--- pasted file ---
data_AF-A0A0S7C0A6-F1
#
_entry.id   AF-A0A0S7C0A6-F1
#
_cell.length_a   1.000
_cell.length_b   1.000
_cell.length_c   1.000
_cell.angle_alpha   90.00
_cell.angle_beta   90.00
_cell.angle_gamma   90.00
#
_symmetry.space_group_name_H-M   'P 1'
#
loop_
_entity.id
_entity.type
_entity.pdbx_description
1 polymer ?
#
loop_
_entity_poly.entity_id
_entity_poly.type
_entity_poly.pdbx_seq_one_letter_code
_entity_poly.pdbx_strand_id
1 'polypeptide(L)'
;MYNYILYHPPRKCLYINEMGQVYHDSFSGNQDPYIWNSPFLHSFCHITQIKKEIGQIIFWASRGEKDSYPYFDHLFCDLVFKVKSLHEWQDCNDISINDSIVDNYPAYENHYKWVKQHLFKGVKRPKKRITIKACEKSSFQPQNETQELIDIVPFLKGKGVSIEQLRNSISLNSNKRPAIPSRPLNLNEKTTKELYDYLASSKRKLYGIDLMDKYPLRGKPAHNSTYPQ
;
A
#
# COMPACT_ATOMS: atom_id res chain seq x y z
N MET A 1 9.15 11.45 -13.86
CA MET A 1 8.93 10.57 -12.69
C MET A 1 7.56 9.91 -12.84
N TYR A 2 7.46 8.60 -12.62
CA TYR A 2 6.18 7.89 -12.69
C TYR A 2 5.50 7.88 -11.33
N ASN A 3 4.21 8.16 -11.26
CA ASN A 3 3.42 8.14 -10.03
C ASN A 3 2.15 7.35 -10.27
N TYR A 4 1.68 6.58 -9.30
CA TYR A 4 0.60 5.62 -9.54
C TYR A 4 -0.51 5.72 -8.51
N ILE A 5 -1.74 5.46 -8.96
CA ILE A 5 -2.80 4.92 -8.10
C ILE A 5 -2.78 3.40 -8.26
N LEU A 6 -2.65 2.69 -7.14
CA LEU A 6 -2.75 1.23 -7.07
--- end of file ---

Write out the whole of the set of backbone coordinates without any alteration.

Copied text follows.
data_AF-A0A0S7C0A6-F1
#
_entry.id   AF-A0A0S7C0A6-F1
#
_cell.length_a   1.000
_cell.length_b   1.000
_cell.length_c   1.000
_cell.angle_alpha   90.00
_cell.angle_beta   90.00
_cell.angle_gamma   90.00
#
_symmetry.space_group_name_H-M   'P 1'
#
loop_
_entity.id
_entity.type
_entity.pdbx_description
1 polymer ?
#
loop_
_entity_poly.entity_id
_entity_poly.type
_entity_poly.pdbx_seq_one_letter_code
_entity_poly.pdbx_strand_id
1 'polypeptide(L)'
;MYNYILYHPPRKCLYINEMGQVYHDSFSGNQDPYIWNSPFLHSFCHITQIKKEIGQIIFWASRGEKDSYPYFDHLFCDLVFKVKSLHEWQDCNDISINDSIVDNYPAYENHYKWVKQHLFKGVKRPKKRITIKACEKSSFQPQNETQELIDIVPFLKGKGVSIEQLRNSISLNSNKRPAIPSRPLNLNEKTTKELYDYLASSKRKLYGIDLMDKYPLRGKPAHNSTYPQ
;
A
#
# COMPACT_ATOMS: atom_id res chain seq x y z
N MET A 1 9.15 11.45 -13.86
CA MET A 1 8.93 10.57 -12.69
C MET A 1 7.56 9.91 -12.84
N TYR A 2 7.46 8.60 -12.62
CA TYR A 2 6.18 7.89 -12.69
C TYR A 2 5.50 7.88 -11.33
N ASN A 3 4.21 8.16 -11.26
CA ASN A 3 3.42 8.14 -10.03
C ASN A 3 2.15 7.35 -10.27
N TYR A 4 1.68 6.58 -9.30
CA TYR A 4 0.60 5.62 -9.54
C TYR A 4 -0.51 5.72 -8.51
N ILE A 5 -1.74 5.46 -8.96
CA ILE A 5 -2.80 4.92 -8.10
C ILE A 5 -2.78 3.40 -8.26
N LEU A 6 -2.65 2.69 -7.14
CA LEU A 6 -2.75 1.23 -7.07